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#1 Old 03-02-2014, 06:05 AM
 
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Hello. My name is Kathy. I recently saw the movie “knives over forks”, and “Reboot”, and decided to change my diet. As of yesterday I was high fast food, burgers, fried foods, junk food. It was awful! I am going to be 42 in August and I hope I can repair my body. I don’t have any noticeable diseases, but I have had a high junk diet for 40 years and I know I need to change. I do have PCOS, and people with this disease have a high percentage of heart disease. My mother passes when she was 56 (about 9 years ago). I was devastated. But it didn’t click in my head at that time. She was 400 pounds and was struggling to maintain her weight with pills and anything on the internet she could find. But I think the answer she was looking for was to cure herself with food. I don’t think it can get any simpler than that. I am not giving up meat, AKA anything that has a parent, walks or crawls or slithers. I am going to work on giving up refined foods, but I will cut back and switch to whole foods. No fried foods. No dairy either. Etc, etc, etc… Any good websites I need to book mark?

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#2 Old 03-02-2014, 09:54 AM
 
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Hi Kathy,

 

Giving up meat is probably the most important thing you can do, due to a large number of reasons:

 

1. Meat is high in saturated fat and cholesterol, and these are very bad things (in plants, only palm, coconut, and cocoa butter have high saturated fat- generally avoid those too, but it's easy to do); we're only equipped to handle a small amount of these products, and they wear down the body and damage the heart.  Conspiracy theorists say otherwise, but ever major health organization recognizes this proven link.

 

2. Cooked meat is high in potent carcinogens, due to the chemical reactions that go on in them during grilling/baking and other high temperature cooking methods.  This includes fish.  (to be fair, steaming and boiling are safe- but they do not negate point #1)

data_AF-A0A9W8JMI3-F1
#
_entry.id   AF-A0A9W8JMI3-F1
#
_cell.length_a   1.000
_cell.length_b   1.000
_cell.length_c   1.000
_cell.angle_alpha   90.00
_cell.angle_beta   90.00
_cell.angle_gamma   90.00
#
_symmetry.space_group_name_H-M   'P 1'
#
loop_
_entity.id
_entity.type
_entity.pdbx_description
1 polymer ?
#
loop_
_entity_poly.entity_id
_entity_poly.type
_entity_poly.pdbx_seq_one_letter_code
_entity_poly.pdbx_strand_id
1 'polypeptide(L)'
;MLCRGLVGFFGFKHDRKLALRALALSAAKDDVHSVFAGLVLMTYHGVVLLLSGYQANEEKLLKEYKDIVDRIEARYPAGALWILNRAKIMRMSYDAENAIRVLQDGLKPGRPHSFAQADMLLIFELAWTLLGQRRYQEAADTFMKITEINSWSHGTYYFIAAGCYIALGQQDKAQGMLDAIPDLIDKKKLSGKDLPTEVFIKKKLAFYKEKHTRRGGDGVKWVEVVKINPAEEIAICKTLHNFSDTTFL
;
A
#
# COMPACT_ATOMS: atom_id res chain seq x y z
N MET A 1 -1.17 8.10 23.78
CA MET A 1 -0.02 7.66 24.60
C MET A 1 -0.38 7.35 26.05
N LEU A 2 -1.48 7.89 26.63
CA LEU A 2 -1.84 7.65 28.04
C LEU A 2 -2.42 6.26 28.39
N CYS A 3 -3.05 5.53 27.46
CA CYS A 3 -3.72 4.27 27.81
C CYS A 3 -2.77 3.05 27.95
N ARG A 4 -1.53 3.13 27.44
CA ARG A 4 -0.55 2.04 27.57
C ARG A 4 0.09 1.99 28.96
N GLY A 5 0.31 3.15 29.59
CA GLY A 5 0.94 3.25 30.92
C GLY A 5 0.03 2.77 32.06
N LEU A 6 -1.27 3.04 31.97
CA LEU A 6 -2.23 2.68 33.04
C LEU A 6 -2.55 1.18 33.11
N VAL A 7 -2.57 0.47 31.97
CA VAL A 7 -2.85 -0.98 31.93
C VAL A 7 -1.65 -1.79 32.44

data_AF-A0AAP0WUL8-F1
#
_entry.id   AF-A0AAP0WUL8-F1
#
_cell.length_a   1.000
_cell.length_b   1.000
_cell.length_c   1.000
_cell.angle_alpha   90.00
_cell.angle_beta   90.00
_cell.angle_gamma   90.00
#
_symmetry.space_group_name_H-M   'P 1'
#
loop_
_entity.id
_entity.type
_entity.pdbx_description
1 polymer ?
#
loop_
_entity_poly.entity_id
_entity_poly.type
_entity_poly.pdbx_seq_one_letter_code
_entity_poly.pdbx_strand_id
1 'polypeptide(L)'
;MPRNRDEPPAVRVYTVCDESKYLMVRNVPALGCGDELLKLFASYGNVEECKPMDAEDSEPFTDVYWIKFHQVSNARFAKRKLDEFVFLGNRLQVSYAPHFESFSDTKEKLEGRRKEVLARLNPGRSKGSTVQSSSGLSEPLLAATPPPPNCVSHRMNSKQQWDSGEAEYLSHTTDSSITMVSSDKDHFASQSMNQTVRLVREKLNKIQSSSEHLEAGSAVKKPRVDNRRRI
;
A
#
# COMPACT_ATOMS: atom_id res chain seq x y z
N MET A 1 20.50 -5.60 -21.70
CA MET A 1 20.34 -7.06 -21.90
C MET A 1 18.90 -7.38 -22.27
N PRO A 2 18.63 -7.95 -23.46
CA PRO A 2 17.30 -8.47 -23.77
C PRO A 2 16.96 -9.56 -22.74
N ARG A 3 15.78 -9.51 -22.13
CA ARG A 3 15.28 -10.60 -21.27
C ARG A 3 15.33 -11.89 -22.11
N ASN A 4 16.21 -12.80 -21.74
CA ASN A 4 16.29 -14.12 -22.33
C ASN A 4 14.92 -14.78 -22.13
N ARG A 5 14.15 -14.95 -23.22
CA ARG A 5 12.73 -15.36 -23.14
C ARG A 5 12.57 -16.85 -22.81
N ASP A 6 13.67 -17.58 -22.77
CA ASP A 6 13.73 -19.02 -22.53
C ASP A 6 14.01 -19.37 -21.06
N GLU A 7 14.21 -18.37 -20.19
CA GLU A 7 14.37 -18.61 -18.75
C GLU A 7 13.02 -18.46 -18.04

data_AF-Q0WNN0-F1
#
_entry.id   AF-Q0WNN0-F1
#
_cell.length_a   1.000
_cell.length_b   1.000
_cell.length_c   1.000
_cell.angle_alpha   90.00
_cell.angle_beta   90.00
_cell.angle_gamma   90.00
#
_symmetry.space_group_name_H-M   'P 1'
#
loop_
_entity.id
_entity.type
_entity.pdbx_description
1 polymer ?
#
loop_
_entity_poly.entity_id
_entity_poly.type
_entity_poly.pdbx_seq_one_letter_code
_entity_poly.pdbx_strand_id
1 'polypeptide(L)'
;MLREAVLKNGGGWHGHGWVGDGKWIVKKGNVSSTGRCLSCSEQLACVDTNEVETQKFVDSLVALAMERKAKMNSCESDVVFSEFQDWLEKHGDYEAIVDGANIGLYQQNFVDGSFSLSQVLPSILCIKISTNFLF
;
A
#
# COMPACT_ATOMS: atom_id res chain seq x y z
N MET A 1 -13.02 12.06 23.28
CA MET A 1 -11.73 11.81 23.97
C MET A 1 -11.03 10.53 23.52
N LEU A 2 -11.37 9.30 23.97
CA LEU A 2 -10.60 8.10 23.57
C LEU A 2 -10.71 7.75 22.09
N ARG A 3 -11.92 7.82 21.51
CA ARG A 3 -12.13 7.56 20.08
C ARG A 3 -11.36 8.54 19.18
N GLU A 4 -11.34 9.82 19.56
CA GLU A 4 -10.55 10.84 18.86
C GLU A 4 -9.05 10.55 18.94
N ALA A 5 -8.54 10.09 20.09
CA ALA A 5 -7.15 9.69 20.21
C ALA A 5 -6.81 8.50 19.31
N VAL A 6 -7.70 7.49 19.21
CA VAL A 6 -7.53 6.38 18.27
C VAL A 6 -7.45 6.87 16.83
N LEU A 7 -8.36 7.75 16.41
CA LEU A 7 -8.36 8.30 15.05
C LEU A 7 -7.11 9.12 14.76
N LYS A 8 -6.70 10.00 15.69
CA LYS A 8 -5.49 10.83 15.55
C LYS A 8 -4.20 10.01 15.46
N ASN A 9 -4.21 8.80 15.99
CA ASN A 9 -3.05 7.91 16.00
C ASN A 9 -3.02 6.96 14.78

3. With the exception of fish and 100% pasture fed animals, meat has a very poor ratio of essential fatty acids (again, most are also saturated, which makes them bad).

 

4. Due to bioaccumulation, particularly in fish, meat contains a disproportionate amount of environmental toxins and heavy metals- when you  eat an animal, you eat the accumulated sum of all of the heavy metals and lipid soluble poisons that animal has ever eaten- and in the case of larger fish, that includes all of the things the smaller fish that larger fish ever ate too- it adds up fast.  (to be fair, this can potentially be avoided by eating very very small fish that are low on the food chain- though I still don't recommend it-

 

http://en.wikipedia.org/wiki/Mercury_in_fish

 

 

(Note: the image is a good explanation, but I don't personally recommend consuming any fish, as you don't get anything from fish you can't get elsewhere)

 

5. Meat is also rich in hormones, antibiotics, and numerous parasites and pathogens- the latter particularly active if the meat is eaten undercooked or raw  (either you get cancer, or you get dangerous parasites).  There is antibiotic free meat, but there's no such thing as hormone and parasite free meat (on parasites in raw meat, it's a matter of rolling the dice).

 

 

Those are only health reasons.

 

Every single "good" thing that you can get from meat, you can get from vegetable material and supplementation instead without all of those negatives.  The only supplement people need to take is B-12 (which all people should take, not just vegetarians).

 

There's no health reason to choose meat over a plant based diet.

 

 

Beyond that, the evironmental and moral reasons are extreme and far-reaching (even affecting other human beings through global warming, agricultural runoff, and poverty due to the amount of resources devoted to animal agriculture).

 

 

From a health perspective, beyond avoiding animal products such as meats (including big fish) and dairy, it's just important to eat a lot of vegetables, and choose whole foods (like whole grains, and legumes) instead of highly refined ones.

 

Brown rice is the only whole grain I do not recommend, because it has been cultivated to the point it contains too many starches.  All other whole grains are lower in starch and higher in proteins and other vitamins and minerals.  Black and wild rice are both excellent.

 

For people with gluten sensitivity, it's also a good idea to avoid wheat and spelt, but many people don't have a problem with it.

 

Eating long fermented, natural sourdough bread can also help with this, as fermentation makes grains more nutritious.

 

Sprouted and fermented whole grain bread is the holy grail of healthy staples.  That plus lots of vegetables and legumes will get you to a healthy diet fast.

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